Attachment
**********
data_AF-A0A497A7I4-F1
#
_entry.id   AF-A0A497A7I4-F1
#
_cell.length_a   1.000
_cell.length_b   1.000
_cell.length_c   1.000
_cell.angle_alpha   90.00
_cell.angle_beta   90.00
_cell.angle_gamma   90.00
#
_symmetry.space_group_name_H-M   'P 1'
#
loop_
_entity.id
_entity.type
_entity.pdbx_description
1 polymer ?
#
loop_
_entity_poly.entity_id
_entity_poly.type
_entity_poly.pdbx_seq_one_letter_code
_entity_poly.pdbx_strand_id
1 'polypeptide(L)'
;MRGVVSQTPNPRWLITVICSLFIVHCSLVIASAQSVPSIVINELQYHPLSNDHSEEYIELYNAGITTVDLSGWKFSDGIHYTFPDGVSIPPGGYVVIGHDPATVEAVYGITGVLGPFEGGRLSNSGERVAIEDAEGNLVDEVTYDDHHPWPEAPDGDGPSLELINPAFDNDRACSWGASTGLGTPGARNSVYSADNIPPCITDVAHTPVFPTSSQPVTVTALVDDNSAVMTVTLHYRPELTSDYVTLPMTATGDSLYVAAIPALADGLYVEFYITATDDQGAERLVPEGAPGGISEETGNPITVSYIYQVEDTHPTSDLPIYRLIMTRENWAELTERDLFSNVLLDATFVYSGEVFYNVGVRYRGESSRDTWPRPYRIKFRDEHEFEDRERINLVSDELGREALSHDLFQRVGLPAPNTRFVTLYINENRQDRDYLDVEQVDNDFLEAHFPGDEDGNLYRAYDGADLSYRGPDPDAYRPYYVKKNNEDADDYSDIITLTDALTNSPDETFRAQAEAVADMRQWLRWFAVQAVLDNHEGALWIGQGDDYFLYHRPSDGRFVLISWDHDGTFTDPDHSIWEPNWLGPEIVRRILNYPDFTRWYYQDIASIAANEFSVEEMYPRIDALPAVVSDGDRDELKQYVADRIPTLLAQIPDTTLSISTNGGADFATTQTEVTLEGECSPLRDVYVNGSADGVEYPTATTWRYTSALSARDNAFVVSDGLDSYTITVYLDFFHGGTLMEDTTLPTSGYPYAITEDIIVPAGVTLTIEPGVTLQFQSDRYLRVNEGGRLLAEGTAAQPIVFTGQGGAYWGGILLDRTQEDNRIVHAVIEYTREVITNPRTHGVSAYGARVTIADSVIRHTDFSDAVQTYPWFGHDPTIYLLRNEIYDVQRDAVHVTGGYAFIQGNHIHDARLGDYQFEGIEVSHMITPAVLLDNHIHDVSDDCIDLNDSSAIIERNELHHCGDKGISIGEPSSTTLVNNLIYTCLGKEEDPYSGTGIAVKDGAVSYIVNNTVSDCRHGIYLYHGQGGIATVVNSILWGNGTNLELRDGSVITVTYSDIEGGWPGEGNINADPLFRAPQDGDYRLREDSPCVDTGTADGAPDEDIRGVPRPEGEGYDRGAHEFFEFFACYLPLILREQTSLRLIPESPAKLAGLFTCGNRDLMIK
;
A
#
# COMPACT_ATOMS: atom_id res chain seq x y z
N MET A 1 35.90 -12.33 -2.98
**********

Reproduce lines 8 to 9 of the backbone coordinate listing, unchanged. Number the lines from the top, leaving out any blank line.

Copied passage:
_cell.angle_alpha   90.00
_cell.angle_beta   90.00